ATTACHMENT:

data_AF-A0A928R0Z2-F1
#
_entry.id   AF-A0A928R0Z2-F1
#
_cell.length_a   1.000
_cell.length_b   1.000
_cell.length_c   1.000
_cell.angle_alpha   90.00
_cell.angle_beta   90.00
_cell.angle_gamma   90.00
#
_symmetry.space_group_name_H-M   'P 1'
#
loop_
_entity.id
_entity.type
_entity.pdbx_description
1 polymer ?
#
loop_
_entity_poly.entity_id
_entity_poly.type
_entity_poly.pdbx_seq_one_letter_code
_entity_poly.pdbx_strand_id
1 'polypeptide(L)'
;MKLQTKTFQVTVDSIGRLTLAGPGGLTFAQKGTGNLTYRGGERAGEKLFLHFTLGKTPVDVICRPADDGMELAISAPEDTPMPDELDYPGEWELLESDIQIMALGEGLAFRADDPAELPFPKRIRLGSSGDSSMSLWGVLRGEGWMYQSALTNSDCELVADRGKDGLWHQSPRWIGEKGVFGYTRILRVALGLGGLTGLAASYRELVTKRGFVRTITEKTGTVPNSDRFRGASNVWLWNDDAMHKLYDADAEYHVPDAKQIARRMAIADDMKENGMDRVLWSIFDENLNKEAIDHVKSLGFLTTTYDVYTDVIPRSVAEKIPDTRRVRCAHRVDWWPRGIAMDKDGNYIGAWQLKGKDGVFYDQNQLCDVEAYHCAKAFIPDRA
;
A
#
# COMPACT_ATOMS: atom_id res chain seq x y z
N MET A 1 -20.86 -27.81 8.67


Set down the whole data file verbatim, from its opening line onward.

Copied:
data_AF-A0A928R0Z2-F1
#
_entry.id   AF-A0A928R0Z2-F1
#
_cell.length_a   1.000
_cell.length_b   1.000
_cell.length_c   1.000
_cell.angle_alpha   90.00
_cell.angle_beta   90.00
_cell.angle_gamma   90.00
#
_symmetry.space_group_name_H-M   'P 1'
#
loop_
_entity.id
_entity.type
_entity.pdbx_description
1 polymer ?
#
loop_
_entity_poly.entity_id
_entity_poly.type
_entity_poly.pdbx_seq_one_letter_code
_entity_poly.pdbx_strand_id
1 'polypeptide(L)'
;MKLQTKTFQVTVDSIGRLTLAGPGGLTFAQKGTGNLTYRGGERAGEKLFLHFTLGKTPVDVICRPADDGMELAISAPEDTPMPDELDYPGEWELLESDIQIMALGEGLAFRADDPAELPFPKRIRLGSSGDSSMSLWGVLRGEGWMYQSALTNSDCELVADRGKDGLWHQSPRWIGEKGVFGYTRILRVALGLGGLTGLAASYRELVTKRGFVRTITEKTGTVPNSDRFRGASNVWLWNDDAMHKLYDADAEYHVPDAKQIARRMAIADDMKENGMDRVLWSIFDENLNKEAIDHVKSLGFLTTTYDVYTDVIPRSVAEKIPDTRRVRCAHRVDWWPRGIAMDKDGNYIGAWQLKGKDGVFYDQNQLCDVEAYHCAKAFIPDRA
;
A
#
# COMPACT_ATOMS: atom_id res chain seq x y z
N MET A 1 -20.86 -27.81 8.67